Russia on Wednesday made its first direct comparison between the Ukraine crisis and its 2008 war with Georgia, warning that it would be forced to respond in a similar way if its interests were attacked.
Foreign Minister Sergey Lavrov made the ominous comparison during an interview to be aired by the Kremlin mouthpiece Russia Today, known as RT.
Russia invaded Georgia in August 2008 after Georgian government troops moved against separatist positions in the semi-autonomous region of South Ossetia. Moscow's forces pushed on to the Georgian capital Tbilisi and led to Georgia withdrawing its troops from the region.
South Ossetia is now virtually part of Russia, although Georgia does not recognize its existence.
Analysts have drawn comparisons between Russia's handling of Ukraine and the 2008 conflict, but Lavrov's comments were the first time Moscow has directly linked the two.
"If we are attacked, we would certainly respond," Lavrov said. "If our interests, our legitimate interests, the interests of Russians have been attacked directly, like they were in South Ossetia for example, I do not see any other way but to respond in accordance with international law."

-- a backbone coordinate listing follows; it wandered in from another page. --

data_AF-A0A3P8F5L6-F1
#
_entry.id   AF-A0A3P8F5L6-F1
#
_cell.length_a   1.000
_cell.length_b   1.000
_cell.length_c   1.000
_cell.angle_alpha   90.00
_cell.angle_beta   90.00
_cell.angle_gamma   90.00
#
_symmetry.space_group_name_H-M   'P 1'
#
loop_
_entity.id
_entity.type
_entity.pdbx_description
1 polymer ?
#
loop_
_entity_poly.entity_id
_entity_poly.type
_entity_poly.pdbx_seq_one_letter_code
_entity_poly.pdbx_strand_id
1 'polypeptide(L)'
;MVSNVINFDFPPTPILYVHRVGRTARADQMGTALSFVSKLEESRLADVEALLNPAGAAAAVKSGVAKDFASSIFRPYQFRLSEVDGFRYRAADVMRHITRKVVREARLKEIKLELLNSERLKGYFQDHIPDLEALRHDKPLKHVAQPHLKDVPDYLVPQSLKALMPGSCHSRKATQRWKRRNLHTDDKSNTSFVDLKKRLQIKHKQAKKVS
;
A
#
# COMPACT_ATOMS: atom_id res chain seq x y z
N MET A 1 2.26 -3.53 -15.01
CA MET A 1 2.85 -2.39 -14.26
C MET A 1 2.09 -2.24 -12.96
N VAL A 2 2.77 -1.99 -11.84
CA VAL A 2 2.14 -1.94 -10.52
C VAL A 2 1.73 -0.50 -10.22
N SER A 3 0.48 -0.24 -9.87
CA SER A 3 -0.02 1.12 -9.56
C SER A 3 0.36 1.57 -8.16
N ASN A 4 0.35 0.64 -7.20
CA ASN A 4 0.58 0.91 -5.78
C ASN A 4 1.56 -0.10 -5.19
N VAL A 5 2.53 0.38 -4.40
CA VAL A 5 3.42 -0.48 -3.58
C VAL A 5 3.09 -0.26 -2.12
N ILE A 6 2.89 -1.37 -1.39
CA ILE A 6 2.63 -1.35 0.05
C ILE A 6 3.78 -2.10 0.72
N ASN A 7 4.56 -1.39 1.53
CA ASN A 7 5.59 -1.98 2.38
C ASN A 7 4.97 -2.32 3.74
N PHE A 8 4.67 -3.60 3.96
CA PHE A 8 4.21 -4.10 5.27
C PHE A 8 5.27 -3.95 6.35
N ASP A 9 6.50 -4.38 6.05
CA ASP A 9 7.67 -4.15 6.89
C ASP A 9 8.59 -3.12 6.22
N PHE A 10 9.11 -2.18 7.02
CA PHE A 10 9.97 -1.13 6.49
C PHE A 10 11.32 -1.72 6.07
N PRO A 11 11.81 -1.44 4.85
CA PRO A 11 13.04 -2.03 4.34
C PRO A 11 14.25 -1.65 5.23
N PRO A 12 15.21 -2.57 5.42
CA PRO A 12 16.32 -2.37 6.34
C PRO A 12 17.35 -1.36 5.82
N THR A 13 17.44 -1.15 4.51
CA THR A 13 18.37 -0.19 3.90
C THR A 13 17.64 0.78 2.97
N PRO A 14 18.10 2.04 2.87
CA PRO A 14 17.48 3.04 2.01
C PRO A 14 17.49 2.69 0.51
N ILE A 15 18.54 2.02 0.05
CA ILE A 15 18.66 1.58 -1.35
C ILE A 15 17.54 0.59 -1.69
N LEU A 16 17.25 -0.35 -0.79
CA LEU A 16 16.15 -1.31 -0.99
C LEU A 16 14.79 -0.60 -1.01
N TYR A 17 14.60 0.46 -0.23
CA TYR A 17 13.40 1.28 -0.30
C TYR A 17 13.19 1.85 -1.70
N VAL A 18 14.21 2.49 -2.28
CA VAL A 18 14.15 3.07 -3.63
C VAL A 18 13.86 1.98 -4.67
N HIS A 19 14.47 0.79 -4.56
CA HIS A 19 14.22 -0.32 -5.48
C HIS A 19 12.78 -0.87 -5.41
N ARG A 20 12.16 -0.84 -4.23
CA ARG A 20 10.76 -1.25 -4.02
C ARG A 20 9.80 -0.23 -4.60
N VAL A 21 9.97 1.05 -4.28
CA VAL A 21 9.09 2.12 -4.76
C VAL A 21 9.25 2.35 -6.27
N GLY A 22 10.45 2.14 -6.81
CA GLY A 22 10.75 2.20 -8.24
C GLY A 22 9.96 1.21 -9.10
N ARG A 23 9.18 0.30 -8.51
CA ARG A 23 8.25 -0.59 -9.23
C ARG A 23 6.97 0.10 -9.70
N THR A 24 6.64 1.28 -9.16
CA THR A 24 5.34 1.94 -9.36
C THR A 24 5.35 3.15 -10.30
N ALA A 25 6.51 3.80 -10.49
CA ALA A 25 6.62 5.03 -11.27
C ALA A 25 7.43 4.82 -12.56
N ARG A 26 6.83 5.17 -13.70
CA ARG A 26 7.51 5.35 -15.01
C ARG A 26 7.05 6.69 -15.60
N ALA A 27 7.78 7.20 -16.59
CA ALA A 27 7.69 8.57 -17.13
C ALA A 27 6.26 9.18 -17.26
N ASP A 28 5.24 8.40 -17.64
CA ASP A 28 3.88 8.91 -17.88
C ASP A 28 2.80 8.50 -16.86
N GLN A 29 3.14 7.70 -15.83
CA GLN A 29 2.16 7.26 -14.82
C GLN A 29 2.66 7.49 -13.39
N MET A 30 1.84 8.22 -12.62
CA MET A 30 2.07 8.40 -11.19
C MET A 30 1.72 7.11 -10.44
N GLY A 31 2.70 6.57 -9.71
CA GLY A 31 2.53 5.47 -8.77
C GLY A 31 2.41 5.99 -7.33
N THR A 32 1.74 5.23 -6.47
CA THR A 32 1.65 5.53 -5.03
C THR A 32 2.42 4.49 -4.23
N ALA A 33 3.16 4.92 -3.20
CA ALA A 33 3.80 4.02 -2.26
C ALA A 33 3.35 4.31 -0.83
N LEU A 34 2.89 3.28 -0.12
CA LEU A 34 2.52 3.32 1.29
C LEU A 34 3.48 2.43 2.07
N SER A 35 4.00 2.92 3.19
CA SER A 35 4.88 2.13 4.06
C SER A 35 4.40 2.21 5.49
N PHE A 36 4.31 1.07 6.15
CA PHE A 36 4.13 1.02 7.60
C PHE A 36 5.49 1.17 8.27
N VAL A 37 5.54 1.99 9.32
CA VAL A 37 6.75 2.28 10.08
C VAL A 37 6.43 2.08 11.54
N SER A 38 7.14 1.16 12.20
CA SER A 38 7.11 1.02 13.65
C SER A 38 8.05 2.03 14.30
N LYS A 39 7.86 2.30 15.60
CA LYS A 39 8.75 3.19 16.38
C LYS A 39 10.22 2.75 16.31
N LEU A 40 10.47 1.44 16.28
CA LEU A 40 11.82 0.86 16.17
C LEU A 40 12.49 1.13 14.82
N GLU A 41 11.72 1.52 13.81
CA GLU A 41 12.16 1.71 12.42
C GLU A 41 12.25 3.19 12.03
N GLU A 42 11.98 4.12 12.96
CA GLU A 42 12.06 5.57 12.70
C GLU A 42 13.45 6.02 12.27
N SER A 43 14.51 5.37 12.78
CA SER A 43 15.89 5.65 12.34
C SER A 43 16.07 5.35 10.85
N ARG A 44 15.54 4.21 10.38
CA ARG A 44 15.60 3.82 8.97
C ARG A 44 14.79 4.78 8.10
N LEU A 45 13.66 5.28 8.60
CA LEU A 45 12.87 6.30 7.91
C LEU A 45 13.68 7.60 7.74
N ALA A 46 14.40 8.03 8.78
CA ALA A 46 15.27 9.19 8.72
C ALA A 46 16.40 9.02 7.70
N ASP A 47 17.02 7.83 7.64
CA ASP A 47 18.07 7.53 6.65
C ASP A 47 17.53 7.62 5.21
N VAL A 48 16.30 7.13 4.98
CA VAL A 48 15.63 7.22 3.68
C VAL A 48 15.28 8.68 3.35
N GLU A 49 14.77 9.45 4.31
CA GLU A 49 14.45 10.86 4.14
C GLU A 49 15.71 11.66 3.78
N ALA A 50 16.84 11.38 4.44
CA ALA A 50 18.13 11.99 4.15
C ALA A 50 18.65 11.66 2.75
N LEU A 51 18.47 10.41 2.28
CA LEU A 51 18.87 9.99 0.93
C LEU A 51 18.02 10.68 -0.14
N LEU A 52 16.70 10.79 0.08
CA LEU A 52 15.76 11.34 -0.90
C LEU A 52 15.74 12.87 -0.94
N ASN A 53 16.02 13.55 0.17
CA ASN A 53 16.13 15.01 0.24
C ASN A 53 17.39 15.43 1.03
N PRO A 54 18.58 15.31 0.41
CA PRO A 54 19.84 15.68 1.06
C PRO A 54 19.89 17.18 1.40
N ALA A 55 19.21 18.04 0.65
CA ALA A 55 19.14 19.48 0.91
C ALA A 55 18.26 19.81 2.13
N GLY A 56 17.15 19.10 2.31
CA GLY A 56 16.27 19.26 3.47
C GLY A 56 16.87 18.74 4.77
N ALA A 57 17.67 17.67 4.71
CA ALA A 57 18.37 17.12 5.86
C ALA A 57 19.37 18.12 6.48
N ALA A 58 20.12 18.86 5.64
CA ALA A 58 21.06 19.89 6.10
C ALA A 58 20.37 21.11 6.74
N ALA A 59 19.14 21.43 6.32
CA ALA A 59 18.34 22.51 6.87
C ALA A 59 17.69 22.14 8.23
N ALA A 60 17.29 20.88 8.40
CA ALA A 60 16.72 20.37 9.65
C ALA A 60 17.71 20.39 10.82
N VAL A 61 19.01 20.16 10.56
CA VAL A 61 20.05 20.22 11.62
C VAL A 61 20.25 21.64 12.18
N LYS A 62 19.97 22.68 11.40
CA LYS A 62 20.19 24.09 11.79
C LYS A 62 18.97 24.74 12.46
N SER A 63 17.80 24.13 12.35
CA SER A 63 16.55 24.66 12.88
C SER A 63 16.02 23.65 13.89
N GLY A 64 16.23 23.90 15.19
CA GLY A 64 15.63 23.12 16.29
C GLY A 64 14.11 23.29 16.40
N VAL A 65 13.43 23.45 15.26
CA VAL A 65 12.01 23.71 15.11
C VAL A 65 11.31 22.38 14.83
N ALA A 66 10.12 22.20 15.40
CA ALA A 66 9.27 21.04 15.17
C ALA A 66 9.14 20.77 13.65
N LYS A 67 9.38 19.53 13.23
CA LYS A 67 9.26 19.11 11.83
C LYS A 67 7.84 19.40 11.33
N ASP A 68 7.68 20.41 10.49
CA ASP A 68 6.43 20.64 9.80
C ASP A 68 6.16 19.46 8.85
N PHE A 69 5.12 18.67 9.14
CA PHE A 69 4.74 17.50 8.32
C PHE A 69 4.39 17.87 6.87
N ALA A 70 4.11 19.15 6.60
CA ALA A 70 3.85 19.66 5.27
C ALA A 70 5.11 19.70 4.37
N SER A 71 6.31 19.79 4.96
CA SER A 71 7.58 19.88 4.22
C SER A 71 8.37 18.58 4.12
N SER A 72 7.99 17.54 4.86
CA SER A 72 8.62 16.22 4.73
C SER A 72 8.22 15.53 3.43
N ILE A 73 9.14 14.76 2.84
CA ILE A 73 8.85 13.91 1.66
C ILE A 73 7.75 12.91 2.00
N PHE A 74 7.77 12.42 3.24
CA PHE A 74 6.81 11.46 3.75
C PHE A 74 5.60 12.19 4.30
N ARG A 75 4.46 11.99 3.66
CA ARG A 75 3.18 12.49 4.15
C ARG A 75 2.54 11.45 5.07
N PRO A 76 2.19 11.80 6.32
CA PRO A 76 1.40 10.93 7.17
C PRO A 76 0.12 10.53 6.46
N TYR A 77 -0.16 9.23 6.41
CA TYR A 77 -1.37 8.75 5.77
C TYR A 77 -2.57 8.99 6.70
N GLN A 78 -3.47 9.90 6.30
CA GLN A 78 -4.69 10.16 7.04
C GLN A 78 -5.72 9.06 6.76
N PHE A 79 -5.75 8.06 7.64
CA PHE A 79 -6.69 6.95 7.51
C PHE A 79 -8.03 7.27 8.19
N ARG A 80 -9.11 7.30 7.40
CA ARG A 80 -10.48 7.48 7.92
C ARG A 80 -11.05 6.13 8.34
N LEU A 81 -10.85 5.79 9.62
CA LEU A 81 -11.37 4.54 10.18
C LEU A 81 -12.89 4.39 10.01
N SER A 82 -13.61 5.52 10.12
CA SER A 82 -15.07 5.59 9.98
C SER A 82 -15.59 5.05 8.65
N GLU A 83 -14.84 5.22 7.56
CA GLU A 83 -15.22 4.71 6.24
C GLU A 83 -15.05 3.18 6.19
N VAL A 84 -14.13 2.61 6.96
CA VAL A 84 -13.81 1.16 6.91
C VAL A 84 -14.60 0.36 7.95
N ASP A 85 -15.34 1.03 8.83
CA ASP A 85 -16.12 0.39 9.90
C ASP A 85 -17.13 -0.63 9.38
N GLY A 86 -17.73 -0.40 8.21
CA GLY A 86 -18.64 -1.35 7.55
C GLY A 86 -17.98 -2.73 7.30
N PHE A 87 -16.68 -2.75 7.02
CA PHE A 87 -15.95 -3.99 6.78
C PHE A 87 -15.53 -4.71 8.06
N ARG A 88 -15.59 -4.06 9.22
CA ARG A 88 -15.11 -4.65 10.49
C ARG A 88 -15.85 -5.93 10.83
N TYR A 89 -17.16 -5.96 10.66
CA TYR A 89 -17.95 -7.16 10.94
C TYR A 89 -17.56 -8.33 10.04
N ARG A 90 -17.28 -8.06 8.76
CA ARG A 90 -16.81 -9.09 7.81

Tensions are high in Ukraine and a peace deal signed in Geneva last week by the United States, Russia, and Europe appears to be in tatters.
Pro-Russian separatists — alleged by the U.S. to be backed by Russia — were still occupying government buildings across the east Wednesday, and the Kiev government said it was to resume an "anti-terrorist" operation to remove them.
Lavrov criticized this move and hit back at Vice President Joe Biden’s combative speech in the capital in which he told Russia to stop "supporting men hiding behind masks."
"There is no reason not to believe that the Americans are running the show," he said. "Ukraine is just one manifestation of the American unwillingness to yield in the geopolitical fight.
"Americans are not ready to admit that they cannot run the show in each and every part of the globe from Washington alone."